Manley Hopkinson, founder of renowned leadership consultancy The Compassionate Leadership Academy, author of Compassionate Leadership and a sought-after keynote speaker shares his thoughts on the differences between a good leader, and a great one.
So how do we spot the differences between a good leader and a great leader?
A Good leader gets stuff done for sure, though they do seem to be quite busy in the process. A bit of rushing about, plenty of emails, here and there, checking up on the team. A real hive of activity. This leader never seems to stop and with their latest smartphone, they don’t have to!
A safe pair of hands that can be trusted to do what has to be done. Sometimes, they do seem to be a bit reactive, changing their team’s priorities at the drop of a hat, or, to be more precise, at the opening of an email from the big boss or the customer. But they appear to be on top of everything, especially their team.
So, what does a great leader look like?
Well, it all seems a little calmer.
The teams are busy, head down and looking pretty productive. Oh, here comes the boss; all smiles and handshakes and time for a coffee and a chat it seems. A pat on the back and a thumbs up from across the room. There’s the big plan on the wall with a few targets and a, wow, pretty inspiring explanation of why the work is so important. A quiet chat with that team and a pretty deep 1-2-1 with that person, and now the boss is taking orders for a pizza after work – nice.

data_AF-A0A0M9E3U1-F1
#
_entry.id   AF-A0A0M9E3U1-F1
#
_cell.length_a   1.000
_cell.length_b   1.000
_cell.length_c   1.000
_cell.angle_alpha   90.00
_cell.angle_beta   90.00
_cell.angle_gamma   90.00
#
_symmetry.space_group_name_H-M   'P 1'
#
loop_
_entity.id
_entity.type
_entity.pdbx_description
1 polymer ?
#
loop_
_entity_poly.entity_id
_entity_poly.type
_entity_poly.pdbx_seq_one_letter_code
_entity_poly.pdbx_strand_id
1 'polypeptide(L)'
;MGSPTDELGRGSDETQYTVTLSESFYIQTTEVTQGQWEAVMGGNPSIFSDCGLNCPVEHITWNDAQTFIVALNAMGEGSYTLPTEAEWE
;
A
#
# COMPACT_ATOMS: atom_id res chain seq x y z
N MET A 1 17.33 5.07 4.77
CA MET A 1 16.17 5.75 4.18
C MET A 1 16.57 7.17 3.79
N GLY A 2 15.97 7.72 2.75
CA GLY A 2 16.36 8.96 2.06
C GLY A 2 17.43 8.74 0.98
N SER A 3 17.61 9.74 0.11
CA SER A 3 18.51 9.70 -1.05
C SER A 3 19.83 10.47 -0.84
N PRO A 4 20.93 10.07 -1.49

What we see is that a good leader gets stuff done, but a great leader gets stuff done for them. The people seem to be committed and get on with it. A great leader is in control without being controlling. There is greater humanity and calmness in the way they do things.
The one key difference is that they are leading with compassion; they are a compassionate leader.
His Holiness the Dalai Lama describes compassion as “understanding with positive action” and we extend that to define compassionate leadership as “secure the best for all”.
And that’s the key; if a leader is securing the best for someone then they gain their commitment, and if you have that then it brings engagement, collaboration, ownership; accountability, resilience, well-being, happiness and performance. That’s the key – you gain commitment through compassion.
A good leader is focused on the task. Good on them as there is much to do. They are putting actions into plans, but then they struggle to let go. They stay on task and if the task slips then they tend to be even more task-focused. And if a mistake happens then they could easily just dive in and take over. Busy and likely to get busier.
But the great leader is focusing on the people. Yes, they have set the vision and worked with the team on putting plans to that, but then their focus shifts to enabling and motivating the teams to excel. They let go and trust the team. They stay in the wings to guide and encourage and ensure that the team are living true to purpose. They focus on creating a legacy through individual and collective growth. If a mistake is made then they focus on the learning opportunity that it brings.
Good or great? Busy or smart? Control through omnipresence or control through trust? Compliance or commitment?
The choice is yours, but I know which one I prefer.
Compassion is the key that unlocks commitment.